The level of gravity could be controlled simply by varying the rotational radius, without the need for rocket propulsion. Just like when a spinning ice skater draws in her arms, so will the assembly start to rotate faster when the tether is reeled in. Conversely, when the tether is further deployed the rate of rotation will diminish (this is called the principle of angular momentum conservation, which states that for a simple rotating system of two masses connected by a tether, the rate of rotation multiplied by the radius squared remains constant; Fig. 5.3).

As a result, experiments can be done at various constant levels of artificial gravity, making it possible to check what happens to a crew living under lunar and Martian gravity conditions for extended periods of time. The varying gravity conditions would also be very useful for a range of other unique experiments, as we currently can only do tests in microgravity (in orbit) and conditions of 1g or higher (on Earth, and using a centrifuge). The rotation could be stopped by use of the rocket motor, and the tether may be completely reeled in to facilitate crew exchanges. Subsequently the tether could be redeployed and the assembly be spun up again. The Mars-g space station could be used for various experiments during years of operation,

0.16 g -Lunar gravity

0.16 g -Lunar gravity

Mars gravity

Figure 5.3: Gravity levels can be changed by varying the length of the tether only, according to the principle of angular momentum conservation.

Mars gravity

Figure 5.3: Gravity levels can be changed by varying the length of the tether only, according to the principle of angular momentum conservation.

always providing the possibility to stop a mission and a return to Earth at any moment (something not possible during an actual mission to Mars).

Walking inside the living module of a rotating assembly, going around two times per minute and creating a 1g environment, would be just like on Earth. However, running would result in some peculiar, very un-Earthlike phenomena. A sprint in the same direction as the module is moving effectively increases the runner's rotational velocity, resulting in a higher level of artificial gravity. Thus, the faster one runs, the heavier one feels. A sprint against the direction of the rotation has the opposite effect: it decreases the runner's rotation speed and thus the gravity level the runner experiences. In that direction, running will enable the runner to lose weight fast, but only as long as he or she keeps moving. Inside a rotating module with Earth-like gravity, one could feel about 20 percent heavier or lighter by running, depending on the direction in which one moves. Using a motorbike to get to 160 km/h (100 miles per hour), one could go fast enough to fully compensate the station's rotation, effectively not rotating at all and thus become weightless—except that speeding on a motorbike would not be feasible inside what is probably a quite small living module.

However, rotation is not really necessary to achieve a low level of gravity inside a spacecraft. We have already seen that two satellites connected by a tether and orbiting a planet will automatically assume a vertical position due to the gravity-gradient stabilization principle. The upper satellite is effectively orbiting too fast and tries to pull away, while simultaneously the lower spacecraft tries to fall down. If an astronaut were to inhabit the top spacecraft (module) in such a gravity-gradient stabilized system, he would also fly around Earth too fast and therefore be flung against the ceiling (which he could regard as being the floor of his accommodation). This would thus enable him to stand up as if there were gravity, but upside down with respect to Earth's surface. At the same time, his colleague in the lower spacecraft would effectively be pulled back to Earth and therefore be able to stand on his module's floor, upright with respect to Earth. In effect, inside each habitation module there exists an imbalance between the centrifugal force caused by the system's rotation around Earth and Earth's gravitational force, causing a net force that the astronauts perceive as gravity. The centrifugal and the gravitational force are exactly equal but opposite at the system's center of mass, where the resulting gravity level is thus zero (Fig. 5.4).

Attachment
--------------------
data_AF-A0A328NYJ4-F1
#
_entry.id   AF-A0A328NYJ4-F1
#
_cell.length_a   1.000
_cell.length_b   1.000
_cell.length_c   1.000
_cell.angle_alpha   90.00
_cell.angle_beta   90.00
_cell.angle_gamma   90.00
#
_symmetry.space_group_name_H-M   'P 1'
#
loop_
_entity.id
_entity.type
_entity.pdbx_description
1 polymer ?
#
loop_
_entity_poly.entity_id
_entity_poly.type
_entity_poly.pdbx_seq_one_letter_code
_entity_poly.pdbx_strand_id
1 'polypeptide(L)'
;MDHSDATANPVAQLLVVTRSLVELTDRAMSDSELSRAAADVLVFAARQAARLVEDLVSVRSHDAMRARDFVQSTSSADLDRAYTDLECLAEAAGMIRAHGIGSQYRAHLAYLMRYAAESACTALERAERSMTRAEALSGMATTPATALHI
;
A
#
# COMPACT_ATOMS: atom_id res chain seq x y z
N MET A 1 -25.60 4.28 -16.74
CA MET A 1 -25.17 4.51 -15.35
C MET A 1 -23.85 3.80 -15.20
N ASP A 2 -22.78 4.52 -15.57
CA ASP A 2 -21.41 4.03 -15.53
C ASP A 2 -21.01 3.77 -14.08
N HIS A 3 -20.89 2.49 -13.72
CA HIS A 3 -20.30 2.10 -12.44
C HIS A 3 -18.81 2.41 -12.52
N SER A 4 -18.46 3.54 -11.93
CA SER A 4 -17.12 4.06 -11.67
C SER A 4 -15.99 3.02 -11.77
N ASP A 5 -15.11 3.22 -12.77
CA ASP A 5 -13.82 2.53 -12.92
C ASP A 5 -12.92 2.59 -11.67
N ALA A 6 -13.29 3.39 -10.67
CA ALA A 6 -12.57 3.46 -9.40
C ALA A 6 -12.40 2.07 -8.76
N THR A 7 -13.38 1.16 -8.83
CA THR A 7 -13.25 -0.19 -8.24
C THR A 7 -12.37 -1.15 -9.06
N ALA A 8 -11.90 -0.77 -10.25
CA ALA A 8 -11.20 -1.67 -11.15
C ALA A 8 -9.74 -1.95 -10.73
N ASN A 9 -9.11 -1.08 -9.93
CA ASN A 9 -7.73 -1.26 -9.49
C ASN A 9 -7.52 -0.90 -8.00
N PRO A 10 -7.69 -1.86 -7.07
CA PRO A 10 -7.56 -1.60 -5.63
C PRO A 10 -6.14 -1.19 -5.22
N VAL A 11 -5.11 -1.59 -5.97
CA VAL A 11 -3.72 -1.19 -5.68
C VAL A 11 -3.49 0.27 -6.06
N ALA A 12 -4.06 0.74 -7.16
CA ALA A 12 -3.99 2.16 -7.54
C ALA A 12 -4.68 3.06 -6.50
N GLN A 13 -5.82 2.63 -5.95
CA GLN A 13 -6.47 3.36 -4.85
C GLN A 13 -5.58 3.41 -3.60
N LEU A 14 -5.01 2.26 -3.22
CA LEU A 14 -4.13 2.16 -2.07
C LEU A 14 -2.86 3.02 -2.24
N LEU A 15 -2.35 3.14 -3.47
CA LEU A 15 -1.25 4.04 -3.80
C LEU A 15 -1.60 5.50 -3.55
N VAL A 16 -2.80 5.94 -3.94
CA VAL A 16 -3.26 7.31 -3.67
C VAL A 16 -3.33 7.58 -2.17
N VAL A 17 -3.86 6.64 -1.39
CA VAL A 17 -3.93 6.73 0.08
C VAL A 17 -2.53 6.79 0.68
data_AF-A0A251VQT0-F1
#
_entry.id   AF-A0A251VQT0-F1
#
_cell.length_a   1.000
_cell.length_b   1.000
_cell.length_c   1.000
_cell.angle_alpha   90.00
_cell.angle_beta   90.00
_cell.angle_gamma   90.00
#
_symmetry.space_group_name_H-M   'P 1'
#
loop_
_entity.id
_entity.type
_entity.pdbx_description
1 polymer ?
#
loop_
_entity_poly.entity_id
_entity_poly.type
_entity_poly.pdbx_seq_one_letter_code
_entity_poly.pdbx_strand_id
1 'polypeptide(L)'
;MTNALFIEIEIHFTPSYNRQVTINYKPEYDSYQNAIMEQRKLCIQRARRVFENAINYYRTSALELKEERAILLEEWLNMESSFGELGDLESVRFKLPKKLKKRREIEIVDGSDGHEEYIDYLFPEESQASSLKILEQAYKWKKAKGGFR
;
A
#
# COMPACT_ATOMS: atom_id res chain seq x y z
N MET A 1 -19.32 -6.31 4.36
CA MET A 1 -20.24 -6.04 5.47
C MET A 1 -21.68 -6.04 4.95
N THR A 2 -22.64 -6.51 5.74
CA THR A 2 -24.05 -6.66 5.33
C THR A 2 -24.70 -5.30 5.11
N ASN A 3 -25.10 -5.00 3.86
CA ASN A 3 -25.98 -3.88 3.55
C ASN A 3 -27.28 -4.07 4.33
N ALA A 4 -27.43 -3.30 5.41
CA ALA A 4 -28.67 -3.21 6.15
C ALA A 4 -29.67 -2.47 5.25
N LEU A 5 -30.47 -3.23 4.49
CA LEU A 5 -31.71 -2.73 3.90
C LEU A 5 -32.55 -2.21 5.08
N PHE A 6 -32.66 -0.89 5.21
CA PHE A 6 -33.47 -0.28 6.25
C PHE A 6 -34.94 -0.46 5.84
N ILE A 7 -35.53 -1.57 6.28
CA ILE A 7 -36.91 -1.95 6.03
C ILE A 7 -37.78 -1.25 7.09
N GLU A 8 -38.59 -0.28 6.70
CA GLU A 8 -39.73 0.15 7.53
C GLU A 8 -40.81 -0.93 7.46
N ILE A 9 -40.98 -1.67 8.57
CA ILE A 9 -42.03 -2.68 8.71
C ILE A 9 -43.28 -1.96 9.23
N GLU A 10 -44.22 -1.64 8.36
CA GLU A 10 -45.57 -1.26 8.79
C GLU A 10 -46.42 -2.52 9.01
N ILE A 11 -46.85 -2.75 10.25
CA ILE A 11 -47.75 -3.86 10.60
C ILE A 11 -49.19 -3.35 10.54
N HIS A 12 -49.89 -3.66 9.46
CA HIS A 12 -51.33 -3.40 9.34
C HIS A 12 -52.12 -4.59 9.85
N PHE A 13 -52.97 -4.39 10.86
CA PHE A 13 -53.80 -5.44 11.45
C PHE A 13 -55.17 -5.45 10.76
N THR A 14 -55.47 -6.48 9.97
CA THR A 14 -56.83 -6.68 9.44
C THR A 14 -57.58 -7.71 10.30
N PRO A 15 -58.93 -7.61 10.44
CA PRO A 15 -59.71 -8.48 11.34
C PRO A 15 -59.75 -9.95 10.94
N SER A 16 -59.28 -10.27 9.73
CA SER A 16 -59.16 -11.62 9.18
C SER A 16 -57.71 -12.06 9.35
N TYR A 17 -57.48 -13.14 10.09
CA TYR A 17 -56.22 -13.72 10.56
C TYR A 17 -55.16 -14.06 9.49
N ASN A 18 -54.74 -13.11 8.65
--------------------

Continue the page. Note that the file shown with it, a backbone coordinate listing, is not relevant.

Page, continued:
A gravity-gradient stabilized space station consisting of two modules connected by a 50-km-long (30-mile-long) tether and circling in a low Earth orbit could provide its inhabitants with about 1 percent of the gravity level we experience at Earth's surface (inside both the upper as well as the lower module). It would not be enough to make real walking possible, because the astronauts would bounce up with every step, but the low gravity level would

Figure 5.4: Astronauts living in a gravity-gradient stabilized space station would experience a low level of gravity inside each habitation module.

make life in space a bit easier. Drinks could be poured into glasses, tools would gently fall down instead of floating away to unreachable places, and astronauts could enjoy a real shower. There is also a good chance that the many physical and psychological problems connected to life in microgravity would be considerably alleviated. Moreover, with such a station it would be possible to do experiments in gravity levels ranging from 0g (in the system's center of mass, exactly between the two modules) to 0.01g (inside each module). A small elevator cabin riding the tether between the two modules would make it possible to precisely choose the required gravity level in this range.